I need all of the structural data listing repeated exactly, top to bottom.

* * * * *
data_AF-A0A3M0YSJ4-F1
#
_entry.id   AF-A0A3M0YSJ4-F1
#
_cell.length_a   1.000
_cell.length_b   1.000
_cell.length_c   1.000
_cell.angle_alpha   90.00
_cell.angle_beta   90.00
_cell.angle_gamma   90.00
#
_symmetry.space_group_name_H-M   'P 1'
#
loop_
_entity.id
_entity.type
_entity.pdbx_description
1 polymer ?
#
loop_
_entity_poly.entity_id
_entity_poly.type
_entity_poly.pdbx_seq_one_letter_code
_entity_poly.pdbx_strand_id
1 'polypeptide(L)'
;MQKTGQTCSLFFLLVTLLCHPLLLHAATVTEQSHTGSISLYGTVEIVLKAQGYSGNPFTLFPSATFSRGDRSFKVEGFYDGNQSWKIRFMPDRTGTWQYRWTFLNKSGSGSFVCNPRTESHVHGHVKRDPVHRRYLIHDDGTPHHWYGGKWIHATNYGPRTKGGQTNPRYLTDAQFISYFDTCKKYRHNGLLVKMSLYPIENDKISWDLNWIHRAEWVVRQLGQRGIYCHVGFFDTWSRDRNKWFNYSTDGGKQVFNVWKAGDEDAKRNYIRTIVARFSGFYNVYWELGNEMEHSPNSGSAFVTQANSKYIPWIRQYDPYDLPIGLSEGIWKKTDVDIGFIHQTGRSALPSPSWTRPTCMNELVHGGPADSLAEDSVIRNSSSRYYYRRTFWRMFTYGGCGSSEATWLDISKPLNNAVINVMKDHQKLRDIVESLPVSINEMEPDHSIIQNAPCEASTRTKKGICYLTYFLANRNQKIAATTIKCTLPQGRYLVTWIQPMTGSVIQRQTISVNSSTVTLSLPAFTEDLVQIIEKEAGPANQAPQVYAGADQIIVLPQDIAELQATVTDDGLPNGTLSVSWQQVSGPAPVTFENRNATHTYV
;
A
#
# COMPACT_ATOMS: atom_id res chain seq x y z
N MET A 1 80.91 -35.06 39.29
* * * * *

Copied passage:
data_AF-A0A3M0YSJ4-F1
#
_entry.id   AF-A0A3M0YSJ4-F1
#
_cell.length_a   1.000
_cell.length_b   1.000
_cell.length_c   1.000
_cell.angle_alpha   90.00
_cell.angle_beta   90.00
_cell.angle_gamma   90.00
#
_symmetry.space_group_name_H-M   'P 1'
#
loop_
_entity.id
_entity.type
_entity.pdbx_description
1 polymer ?
#
loop_
_entity_poly.entity_id
_entity_poly.type
_entity_poly.pdbx_seq_one_letter_code
_entity_poly.pdbx_strand_id
1 'polypeptide(L)'
;MQKTGQTCSLFFLLVTLLCHPLLLHAATVTEQSHTGSISLYGTVEIVLKAQGYSGNPFTLFPSATFSRGDRSFKVEGFYDGNQSWKIRFMPDRTGTWQYRWTFLNKSGSGSFVCNPRTESHVHGHVKRDPVHRRYLIHDDGTPHHWYGGKWIHATNYGPRTKGGQTNPRYLTDAQFISYFDTCKKYRHNGLLVKMSLYPIENDKISWDLNWIHRAEWVVRQLGQRGIYCHVGFFDTWSRDRNKWFNYSTDGGKQVFNVWKAGDEDAKRNYIRTIVARFSGFYNVYWELGNEMEHSPNSGSAFVTQANSKYIPWIRQYDPYDLPIGLSEGIWKKTDVDIGFIHQTGRSALPSPSWTRPTCMNELVHGGPADSLAEDSVIRNSSSRYYYRRTFWRMFTYGGCGSSEATWLDISKPLNNAVINVMKDHQKLRDIVESLPVSINEMEPDHSIIQNAPCEASTRTKKGICYLTYFLANRNQKIAATTIKCTLPQGRYLVTWIQPMTGSVIQRQTISVNSSTVTLSLPAFTEDLVQIIEKEAGPANQAPQVYAGADQIIVLPQDIAELQATVTDDGLPNGTLSVSWQQVSGPAPVTFENRNATHTYV
;
A
#
# COMPACT_ATOMS: atom_id res chain seq x y z
N MET A 1 80.91 -35.06 39.29